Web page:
Comments Off Posted on Thursday 23 February 2012 at 11:10 am by Sam Wong
In Uncategorized

Sam Wong is a former contributor to Just A Theory who now blogs at his own site. Here’s his take on in vitro meat….

It doesn’t look very appetising, but this is the future of meat. Stem cells will be harvested from a few animals (donor kebabs?) and muscle tissue grown on an industrial scale, feeding our carniverous appetites with a greatly reduced impact on the environment. This week, Professor Mark Post from Maastricht University announced that he expects to serve a prototype lab-grown burger by the end of the year. Once the technology has been scaled up, it will mean improved efficiency, lower emissions, and reduced animal suffering.

The benefits of in vitro meat are so overwhelming that it would take an Olympic-standard reactionary thinker not to see it as a desirable goal. Not so much a stick-in-the-mud as a stick sealed in a nuclear bunker deep underground, with stockpiles of luncheon meat for sustenance and archived copies of the Daily Mail to feed their suspicion of change. Surely the generation that grew up with spam should have no trouble accepting meat that has little resemblance to anything that occurs in nature?

Step forward Rose Prince, a columnist with the Daily Telegraph. “Technologies such as this unnerve us because they interfere with the magnificently sedate process of evolution,” she writes. “We like to think what we eat is unaltered and as natural as possible.”

Even by her paper’s standards, this is a heroically regressive stance. Only the most elite conservatives can express distaste for tinkering with animal evolution, an endeavour which humans began over 10,000 years ago when they started to domesticate dogs and goats.

She continues: “While less land will be used for livestock, I can’t see that there is a great need for it for other uses.”

It must be awfully nice living in Rose’s bubble, where no one ever goes hungry and there’s plenty of room for the world to accommodate 9 billion people by 2050.

I’m sure in vitro meat will be unpalatable to a lot of people to begin with, but if we can make it taste like the real thing I’m sure we’ll have no problem wolfing it down eventually. The pace of technological development in recent decades shows us that humans are very capable of accepting and adapting to changes might initially have seemed severe. I don’t think it’s ridiculous to imagine that in 50 years’ time, eating flesh that came from a real animal might seem as disgusting as eating lab-grown meat seems to us now. “When I was your age, we ate chicken wings, cow arse, lamb legs and pig ribs,” I’ll tell my grandchildren, and they will think I’m a barbarian.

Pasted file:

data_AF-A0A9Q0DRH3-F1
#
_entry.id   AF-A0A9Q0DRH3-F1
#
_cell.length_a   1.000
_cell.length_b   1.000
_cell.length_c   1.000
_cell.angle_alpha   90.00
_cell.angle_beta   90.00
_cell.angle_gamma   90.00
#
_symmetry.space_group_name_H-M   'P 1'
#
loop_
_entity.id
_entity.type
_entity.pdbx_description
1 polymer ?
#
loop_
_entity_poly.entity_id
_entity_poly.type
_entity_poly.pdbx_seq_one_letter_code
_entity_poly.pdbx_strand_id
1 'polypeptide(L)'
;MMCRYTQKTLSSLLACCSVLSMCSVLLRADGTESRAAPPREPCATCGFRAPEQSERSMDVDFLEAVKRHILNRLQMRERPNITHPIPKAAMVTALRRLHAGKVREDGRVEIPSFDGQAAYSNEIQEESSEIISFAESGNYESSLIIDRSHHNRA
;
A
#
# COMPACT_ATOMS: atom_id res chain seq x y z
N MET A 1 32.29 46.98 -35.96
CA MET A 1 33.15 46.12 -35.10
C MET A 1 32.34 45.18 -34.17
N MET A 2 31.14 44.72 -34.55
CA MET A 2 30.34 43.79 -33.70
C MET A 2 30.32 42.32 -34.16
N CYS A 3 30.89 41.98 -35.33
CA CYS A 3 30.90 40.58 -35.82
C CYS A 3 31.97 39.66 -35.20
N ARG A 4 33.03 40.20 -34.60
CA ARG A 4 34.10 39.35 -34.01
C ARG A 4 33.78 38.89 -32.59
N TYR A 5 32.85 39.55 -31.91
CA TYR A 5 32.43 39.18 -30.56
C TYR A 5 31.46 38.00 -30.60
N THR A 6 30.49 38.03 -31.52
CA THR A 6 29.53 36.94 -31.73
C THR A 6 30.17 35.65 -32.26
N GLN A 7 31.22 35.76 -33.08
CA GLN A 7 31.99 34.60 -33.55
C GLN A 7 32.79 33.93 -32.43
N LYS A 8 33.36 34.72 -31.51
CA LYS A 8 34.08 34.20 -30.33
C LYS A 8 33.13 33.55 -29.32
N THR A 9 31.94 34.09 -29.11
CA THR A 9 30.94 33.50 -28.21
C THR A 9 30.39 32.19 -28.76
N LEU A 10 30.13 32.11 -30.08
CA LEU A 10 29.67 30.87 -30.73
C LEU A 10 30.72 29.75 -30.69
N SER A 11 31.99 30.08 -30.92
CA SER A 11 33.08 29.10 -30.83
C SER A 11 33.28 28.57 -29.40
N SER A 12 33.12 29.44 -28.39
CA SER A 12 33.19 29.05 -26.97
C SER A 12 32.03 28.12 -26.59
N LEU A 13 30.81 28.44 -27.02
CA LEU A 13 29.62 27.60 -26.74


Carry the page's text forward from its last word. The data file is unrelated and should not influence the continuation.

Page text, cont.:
Animal rights campaigners have already thrown their support behind in vitro meat development, with Peta offering a $1 million prize for the first person to produce a commercially viable chicken substitute. Professor Post’s research is being funded by a wealthy backer who is currently anonymous, but apparently very well-known. My guess is it’s someone famously preoccupied with animal welfare. Maybe Paul McCartney – he has a history of trying to recreate phenomenally popular products with substandard fare labelled “Wings”.

Surprisingly, the most progressive viewpoint I’ve come across is in the Daily Mail‘s comment thread. Roscoe, from Long Beach, California, writes:

I love the idea that we can now consume ‘meat’ products previously considered anathema, such as panda and tiger. In fact, I imagine that any animal’s protein could be made this way. Dolphin, perhaps, or chimpanzee. Actually, this could lead to a kind of celebrity cannibalism, where our favorite stars of music, stage, TV, and film provide stem cells, which could then be grown into delicious meat products. “Yeah, I’ll have the Daniel Radcliffe burger, and the wife will have the low fat Kate Moss, and we’ll take two Emeli Sandés for the kids.”

Well done, Roscoe. You are the one person who has really got to grips with where this technology could take us. It might make you real the label more carefully before putting a jar of Lloyd Grossman pasta sauce in your shopping basket though.

If you find the idea of lab-grown meat scary, just remember it’s the burger itself that will be petri-fried.

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1 Comment » Posted on Saturday 8 October 2011 at 8:19 am by Jacob Aron
In Inventions & Technology, Yes, But When?
Comments Off Posted on Saturday 8 October 2011 at 7:49 am by Jacob Aron
In Getting It Right, Inventions & Technology

This is the first chance I’ve had to actually write about it, but on Thursday I was very happy to receive the BT Information Security Journalism award for best news story of the year for an article on the cyberweapon that could take down the internet.

I wrote the article very soon after joining New Scientist and was pleased to see it do very well – if I remember rightly it was one of the top read stories on the site for around a week. It also got picked up by a lot of other publications, which was nice, though some did better than others at covering the subtleties of the story.